Opinion, by Michael Royster

RIO DE JANEIRO, BRAZIL- Those of us who hoped Dilma would quit dithering after S&P’s consigning Brazil to the investment community’s scrap heap have been proven wrong. One prime example is the Congressional vote Tuesday night on whether or not to override her vetoes.

Michael Royster, aka The Curmudgeon.
Michael Royster, aka The Curmudgeon.

Originally, because she thought her coalition did not have enough support to approve her vetos, she tried her darndest to have the vote postponed while she drummed up support. But then she had the bright idea to offer PMDB the Ministry of Health, the biggest money-spinner in all the thirty or more federal ministries, in exchange for not overriding her veto.

Upon getting a positive reaction to this blatant bribe, she pushed hard for votes and won at least 26 of them, including a few that are important economically. What did not happen, however, was a vote on the two most crucial vetoed measures (78 percent pay raises for judicial employees and tying pensions to minimum salary raises), both of which would explode the recently projected budget surplus.

Expect Dilma to dither over those vetos, because retirees and government employees form a large part of her popularity base. Large numbers of supporters of these inflationary measures were protesting outside Congress last night.

Dilma promised PMDB the Health Ministry, but she’s dithering over which PMDB personage should be appointed Minister. There are at least three well-entrenched internal factions within PMDB squabbling among themselves to determine which victor should receive the spoils.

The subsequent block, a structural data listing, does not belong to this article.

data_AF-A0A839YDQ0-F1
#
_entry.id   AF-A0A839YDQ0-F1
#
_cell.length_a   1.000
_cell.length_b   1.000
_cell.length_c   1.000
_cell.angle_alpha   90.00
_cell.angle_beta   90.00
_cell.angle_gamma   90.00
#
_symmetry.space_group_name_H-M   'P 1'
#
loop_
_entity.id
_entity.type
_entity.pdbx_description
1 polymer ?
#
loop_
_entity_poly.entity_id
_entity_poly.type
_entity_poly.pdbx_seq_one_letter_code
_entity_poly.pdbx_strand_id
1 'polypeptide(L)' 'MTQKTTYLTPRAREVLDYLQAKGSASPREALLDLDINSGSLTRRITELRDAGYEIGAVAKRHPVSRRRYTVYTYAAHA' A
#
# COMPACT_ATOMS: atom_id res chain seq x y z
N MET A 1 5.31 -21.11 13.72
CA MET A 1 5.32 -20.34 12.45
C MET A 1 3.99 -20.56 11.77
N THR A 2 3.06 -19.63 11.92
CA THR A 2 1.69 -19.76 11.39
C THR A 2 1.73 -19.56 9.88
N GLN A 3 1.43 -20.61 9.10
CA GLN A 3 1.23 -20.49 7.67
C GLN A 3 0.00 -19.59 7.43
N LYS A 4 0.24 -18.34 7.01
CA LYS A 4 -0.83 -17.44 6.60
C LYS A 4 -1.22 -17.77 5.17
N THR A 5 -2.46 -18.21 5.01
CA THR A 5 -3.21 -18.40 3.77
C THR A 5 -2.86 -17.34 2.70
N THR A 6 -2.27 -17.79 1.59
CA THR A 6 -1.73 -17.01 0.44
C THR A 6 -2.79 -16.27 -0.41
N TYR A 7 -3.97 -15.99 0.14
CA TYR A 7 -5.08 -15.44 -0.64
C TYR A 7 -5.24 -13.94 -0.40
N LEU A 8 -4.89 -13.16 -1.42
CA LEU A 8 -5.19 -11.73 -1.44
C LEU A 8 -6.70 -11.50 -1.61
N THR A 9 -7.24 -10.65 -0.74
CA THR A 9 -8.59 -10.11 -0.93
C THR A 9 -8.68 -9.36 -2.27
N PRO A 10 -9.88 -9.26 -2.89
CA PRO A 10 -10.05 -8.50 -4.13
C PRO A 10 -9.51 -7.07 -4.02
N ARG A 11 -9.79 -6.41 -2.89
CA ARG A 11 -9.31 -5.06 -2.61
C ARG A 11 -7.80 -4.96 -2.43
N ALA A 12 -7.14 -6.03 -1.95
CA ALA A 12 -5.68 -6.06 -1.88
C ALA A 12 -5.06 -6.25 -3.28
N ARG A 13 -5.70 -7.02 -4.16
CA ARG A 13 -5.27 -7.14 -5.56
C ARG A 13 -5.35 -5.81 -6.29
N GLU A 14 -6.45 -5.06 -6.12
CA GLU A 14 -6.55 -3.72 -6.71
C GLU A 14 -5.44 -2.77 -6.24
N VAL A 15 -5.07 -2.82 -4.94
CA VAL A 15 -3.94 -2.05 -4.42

Some of Dilma’s advisors had previously suggested that the Ministry of Health could go to PMDB as part of the announced ministerial “reform”. Dilma’s dithering can be explained by the fact that Cash Cow Health has long been the private fiefdom of PT, and within PT, the internal faction controlled by former President Lula.

Only when faced with the economic disaster that would be caused if her vetoes were overridden, did Dilma muster the courage to briefly stop dithering and face up to her former boss.

The Curmudgeon will emit more Smidgens opportunely, hopefully less dismal.


  1. Michael will know more on this, but I’ve read that this reduction in the number of ministries would have no resulting layoff of employees.

    I don’t know many Federal employees there are but loosing 100,000 surely wouldn’t be noticed.

    These people are not serious. And, contrary to what some of us fell into believing, Brazil is not, and never will be, a serious country.

    A friend tells me to stop taking it so seriously and just enjoy the good parts. I’m doing my best.


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